Timed Access on Routers Supporting IPTABLES (aka “Parental Control”)

With two teenagers in the house and important exams always on the horizon, I needed to limit access to the Internet, particularly when they should be sleeping! Many parents will be familiar with this scenario – you say goodnight and then you hear the familiar “ping” as a Facebook/Instagram/SMS/… notification goes off on their phone. Not good.

I’m currently using OpenWRT on my Linksys WRT-1900ACS v1 router which doesn’t have this sort of access control built in. After much research, I started playing around with IPTABLES rules and hit a snag in that whilst new connections would be rejected, existing connections could keep opening links on the same website – as my youngest watches lots of gaming videos on YouTube, this wasn’t a solution.

Then in a stroke of luck, I stumbled across these 2 rules (which need to be placed in /etc/firewall.user):

iptables -I INPUT -m time --kerneltz --timestart 22:30 --timestop 08:00 -m mac --mac-source xx:xx:xx:xx:xx:xx -j REJECT
iptables -I FORWARD -m time --kerneltz --timestart 22:30 --timestop 08:00 -m mac --mac-source xx:xx:xx:xx:xx:xx -j REJECT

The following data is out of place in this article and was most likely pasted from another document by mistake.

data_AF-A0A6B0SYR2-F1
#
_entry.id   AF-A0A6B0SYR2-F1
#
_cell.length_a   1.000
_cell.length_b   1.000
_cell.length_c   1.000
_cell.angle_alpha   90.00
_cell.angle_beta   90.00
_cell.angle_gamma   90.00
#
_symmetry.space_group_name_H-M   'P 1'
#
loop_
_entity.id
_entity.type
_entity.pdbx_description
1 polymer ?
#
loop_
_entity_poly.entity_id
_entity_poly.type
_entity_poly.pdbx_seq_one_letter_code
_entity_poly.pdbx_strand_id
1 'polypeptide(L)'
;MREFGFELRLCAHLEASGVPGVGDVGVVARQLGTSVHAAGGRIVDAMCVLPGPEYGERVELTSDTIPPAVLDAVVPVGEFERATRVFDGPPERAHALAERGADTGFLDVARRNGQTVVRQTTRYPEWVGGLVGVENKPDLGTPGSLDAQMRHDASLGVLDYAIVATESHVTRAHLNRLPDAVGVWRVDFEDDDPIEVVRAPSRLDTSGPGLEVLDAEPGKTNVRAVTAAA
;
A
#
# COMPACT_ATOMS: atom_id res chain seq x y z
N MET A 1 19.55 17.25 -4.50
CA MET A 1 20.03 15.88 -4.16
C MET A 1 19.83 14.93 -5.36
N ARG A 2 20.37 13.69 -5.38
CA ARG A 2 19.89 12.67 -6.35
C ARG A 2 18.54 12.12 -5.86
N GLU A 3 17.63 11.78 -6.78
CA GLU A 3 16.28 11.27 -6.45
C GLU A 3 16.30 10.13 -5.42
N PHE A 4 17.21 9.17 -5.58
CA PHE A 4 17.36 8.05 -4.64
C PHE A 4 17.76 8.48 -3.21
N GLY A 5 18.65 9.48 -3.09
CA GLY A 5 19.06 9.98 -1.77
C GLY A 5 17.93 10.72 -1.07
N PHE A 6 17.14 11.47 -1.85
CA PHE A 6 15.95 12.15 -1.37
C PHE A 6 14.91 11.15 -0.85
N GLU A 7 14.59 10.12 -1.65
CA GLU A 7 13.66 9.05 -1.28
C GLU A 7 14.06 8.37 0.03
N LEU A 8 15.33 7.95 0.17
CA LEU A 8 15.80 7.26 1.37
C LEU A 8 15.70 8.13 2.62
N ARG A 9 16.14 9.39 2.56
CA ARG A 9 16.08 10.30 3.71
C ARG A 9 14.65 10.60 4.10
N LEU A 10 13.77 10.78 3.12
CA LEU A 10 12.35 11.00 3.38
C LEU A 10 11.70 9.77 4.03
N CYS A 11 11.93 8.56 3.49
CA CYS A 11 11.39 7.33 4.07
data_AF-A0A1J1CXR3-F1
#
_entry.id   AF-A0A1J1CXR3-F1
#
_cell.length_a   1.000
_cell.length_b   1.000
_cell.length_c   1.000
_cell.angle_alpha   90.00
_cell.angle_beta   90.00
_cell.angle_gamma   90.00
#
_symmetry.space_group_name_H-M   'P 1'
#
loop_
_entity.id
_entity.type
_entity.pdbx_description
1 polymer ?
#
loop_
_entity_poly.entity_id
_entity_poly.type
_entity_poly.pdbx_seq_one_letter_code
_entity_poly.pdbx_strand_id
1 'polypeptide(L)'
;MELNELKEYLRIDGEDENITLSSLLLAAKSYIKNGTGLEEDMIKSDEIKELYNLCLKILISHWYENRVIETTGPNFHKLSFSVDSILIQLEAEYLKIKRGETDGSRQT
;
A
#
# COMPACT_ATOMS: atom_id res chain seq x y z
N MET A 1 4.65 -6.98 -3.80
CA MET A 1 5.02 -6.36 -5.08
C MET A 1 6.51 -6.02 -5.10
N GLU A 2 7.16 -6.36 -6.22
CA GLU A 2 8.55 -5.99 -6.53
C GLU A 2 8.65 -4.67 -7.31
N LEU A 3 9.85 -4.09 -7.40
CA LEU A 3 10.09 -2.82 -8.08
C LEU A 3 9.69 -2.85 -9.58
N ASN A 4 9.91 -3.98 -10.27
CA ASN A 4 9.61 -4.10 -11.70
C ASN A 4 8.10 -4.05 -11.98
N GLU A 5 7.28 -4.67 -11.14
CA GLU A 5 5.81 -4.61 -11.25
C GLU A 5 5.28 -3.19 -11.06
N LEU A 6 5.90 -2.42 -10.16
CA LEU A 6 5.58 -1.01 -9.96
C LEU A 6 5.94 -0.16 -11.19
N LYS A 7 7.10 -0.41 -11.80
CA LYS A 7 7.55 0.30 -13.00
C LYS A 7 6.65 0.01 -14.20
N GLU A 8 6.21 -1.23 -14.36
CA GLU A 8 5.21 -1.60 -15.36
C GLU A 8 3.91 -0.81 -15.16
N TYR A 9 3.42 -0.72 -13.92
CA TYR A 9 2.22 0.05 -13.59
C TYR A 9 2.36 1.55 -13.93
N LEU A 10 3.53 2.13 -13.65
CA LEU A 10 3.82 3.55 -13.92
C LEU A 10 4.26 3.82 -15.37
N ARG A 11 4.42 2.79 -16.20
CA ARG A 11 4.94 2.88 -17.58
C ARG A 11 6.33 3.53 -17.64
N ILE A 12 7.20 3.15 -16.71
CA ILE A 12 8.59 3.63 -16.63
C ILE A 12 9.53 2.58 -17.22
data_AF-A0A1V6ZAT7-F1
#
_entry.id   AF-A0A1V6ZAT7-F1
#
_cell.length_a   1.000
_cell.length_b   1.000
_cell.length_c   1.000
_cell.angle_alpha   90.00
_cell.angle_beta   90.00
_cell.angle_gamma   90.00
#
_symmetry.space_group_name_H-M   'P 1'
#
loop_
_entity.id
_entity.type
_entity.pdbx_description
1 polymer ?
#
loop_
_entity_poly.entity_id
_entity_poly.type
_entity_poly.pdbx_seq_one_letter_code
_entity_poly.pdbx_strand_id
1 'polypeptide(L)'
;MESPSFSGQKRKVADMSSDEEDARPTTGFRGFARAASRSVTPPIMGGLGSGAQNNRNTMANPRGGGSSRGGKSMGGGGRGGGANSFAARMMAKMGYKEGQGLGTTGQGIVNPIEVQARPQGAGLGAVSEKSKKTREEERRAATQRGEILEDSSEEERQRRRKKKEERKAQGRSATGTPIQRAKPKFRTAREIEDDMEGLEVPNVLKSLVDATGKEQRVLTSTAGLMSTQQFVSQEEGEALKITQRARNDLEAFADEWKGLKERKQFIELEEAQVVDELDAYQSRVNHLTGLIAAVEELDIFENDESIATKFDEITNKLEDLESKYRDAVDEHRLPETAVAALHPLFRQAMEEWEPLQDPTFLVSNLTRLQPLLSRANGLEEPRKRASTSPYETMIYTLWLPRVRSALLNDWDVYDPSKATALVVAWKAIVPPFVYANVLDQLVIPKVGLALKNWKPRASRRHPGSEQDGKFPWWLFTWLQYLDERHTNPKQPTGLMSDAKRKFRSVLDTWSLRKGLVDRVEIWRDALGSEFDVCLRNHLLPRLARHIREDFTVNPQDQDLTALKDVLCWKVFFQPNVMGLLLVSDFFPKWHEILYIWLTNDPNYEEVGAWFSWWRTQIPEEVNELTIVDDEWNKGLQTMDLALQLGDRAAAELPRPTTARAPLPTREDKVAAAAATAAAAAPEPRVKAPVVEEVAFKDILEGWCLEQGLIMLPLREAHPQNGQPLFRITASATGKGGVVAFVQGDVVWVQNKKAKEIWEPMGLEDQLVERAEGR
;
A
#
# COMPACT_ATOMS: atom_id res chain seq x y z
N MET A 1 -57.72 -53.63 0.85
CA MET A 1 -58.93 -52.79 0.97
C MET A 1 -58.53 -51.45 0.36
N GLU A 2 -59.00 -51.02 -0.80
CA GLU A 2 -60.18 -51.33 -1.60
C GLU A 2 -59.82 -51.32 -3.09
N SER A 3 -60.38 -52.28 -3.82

the –kerneltz switch means local time – without it, the times are UTC. You will need to replace xx:xx:xx:xx:xx:xx with the MAC address of the device you wish to control.

I tested this watching a YouTube video and it stopped when the rule triggered.


This should work with any router that allows you to configure IPTABLES manually or in the GUI.

VestaCP and Centos 7 Issues

I’ve been using VestaCP for about a year now ever since I switched from Hostgator to a VPS with OVH.

Today I upgraded the VPS OS to Centos 7 as VestaCP now supports that version as of v0.9.8 release 15.

Two problems became apparent immediately, one of which caused the CPU load to be consistently more than 1. Both are simple configuration errors to fix.


ClamAV caused the CPU to run amok. The error logs showed that it could not control /var/run/clamav/clamd.sock and checking this showed that the file and the directory (/var/run/clamav) had the wrong owner.

Stop the service from trying to start from the VestaCP control panel and then log into your server via ssh. Now set the ownership of both the directory and the file to clam:clam – if the socket file doesn’t exist you can create it with touch and then set the ownership.

Upon restarting the service you should see the CPU load drop dramatically.


For some reason VestaCP’s installer puts a link to a configuration file for Apache in the nginx config. This stops the service from starting which is why no websites are served!

Edit /etc/nginx/conf.d/vesta.conf and comment out the line ending in /httpd.conf (there are only 5 lines in the file so it won’t take long).

The service should now start.


Centos – http://www.centos.org
VestaCP – http://www.vestacp.com
OVH – http://www.ovh.com